To ensure success, it was proposed that the fragmented industry initiatives currently under way should be pooled together into a single structure. The private sector 'Adopt a Local Authority' programme that has been rolled out to a number of local authorities was singled out as a model for possible future collaboration.
It was widely agreed that skills in the local authority environment would be difficult to address with money alone. Support must therefore be underpinned by education initiatives to broaden and enhance the available skills pool.
Data was singled out as an area where more attention was needed. The Strategic Risk Forum agreed that wider collaboration and sharing of critical data would contribute to risk reduction in the built environment. As an example, participants suggested the creation and sharing of a national water map to enable all stakeholders to assess flood and water risks.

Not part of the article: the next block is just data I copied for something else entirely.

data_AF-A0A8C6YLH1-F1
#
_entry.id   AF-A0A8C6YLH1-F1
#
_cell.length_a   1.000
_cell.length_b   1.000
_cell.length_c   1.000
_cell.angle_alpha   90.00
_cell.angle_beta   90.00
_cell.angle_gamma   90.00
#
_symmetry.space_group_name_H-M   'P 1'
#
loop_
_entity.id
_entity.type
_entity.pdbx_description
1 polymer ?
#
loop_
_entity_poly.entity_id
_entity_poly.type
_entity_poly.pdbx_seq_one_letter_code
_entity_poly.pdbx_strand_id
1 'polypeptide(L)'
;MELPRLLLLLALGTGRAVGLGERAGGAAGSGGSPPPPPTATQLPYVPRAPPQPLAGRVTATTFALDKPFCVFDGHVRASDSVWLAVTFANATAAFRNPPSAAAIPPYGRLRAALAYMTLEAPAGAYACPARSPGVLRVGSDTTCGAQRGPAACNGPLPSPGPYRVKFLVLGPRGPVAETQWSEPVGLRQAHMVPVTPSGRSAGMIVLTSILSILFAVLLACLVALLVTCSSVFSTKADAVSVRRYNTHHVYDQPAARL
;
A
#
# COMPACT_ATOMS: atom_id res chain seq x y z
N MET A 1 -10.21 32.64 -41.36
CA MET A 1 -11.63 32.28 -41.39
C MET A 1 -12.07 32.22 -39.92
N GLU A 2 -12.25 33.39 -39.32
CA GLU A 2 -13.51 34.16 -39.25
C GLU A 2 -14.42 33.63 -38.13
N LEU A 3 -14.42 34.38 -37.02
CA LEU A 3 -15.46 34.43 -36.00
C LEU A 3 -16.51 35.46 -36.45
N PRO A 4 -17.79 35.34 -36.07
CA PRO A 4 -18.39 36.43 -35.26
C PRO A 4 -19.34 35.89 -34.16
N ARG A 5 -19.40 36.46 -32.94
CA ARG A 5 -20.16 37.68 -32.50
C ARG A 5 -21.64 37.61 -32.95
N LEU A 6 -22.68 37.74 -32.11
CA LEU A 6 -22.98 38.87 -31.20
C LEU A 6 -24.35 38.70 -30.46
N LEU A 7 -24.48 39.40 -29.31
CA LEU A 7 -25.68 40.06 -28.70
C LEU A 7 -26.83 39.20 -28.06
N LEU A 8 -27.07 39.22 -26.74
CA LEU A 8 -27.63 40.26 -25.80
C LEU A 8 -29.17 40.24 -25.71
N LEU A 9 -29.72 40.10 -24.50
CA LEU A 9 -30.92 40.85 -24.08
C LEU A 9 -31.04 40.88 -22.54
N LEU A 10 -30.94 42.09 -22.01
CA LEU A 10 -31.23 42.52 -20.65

“Associations must challenge their members to change the way they conduct business,” said managing director of BASA, Cas Coovadia. “Executives at these member companies must identify the blockages that exist in the built environment and apply Financial Services Charter funding to break down these barriers”.
Peter Dempsey, deputy CEO of Asisa, agreed that change can be driven at an association level. “For this reason, Asisa endorses the Code for Responsible Investing in South Africa, which formally encourages institutional investors to integrate into their investment decisions sustainability issues such as environmental, social and governance.”
It was agreed that the CEOs of the four member associations in attendance would meet to discuss a sector forum that could be used to investigate and implement the ideas that emerged from the event. It is incumbent on each member CEO and the associations’ respective boards to be involved, subject to approval.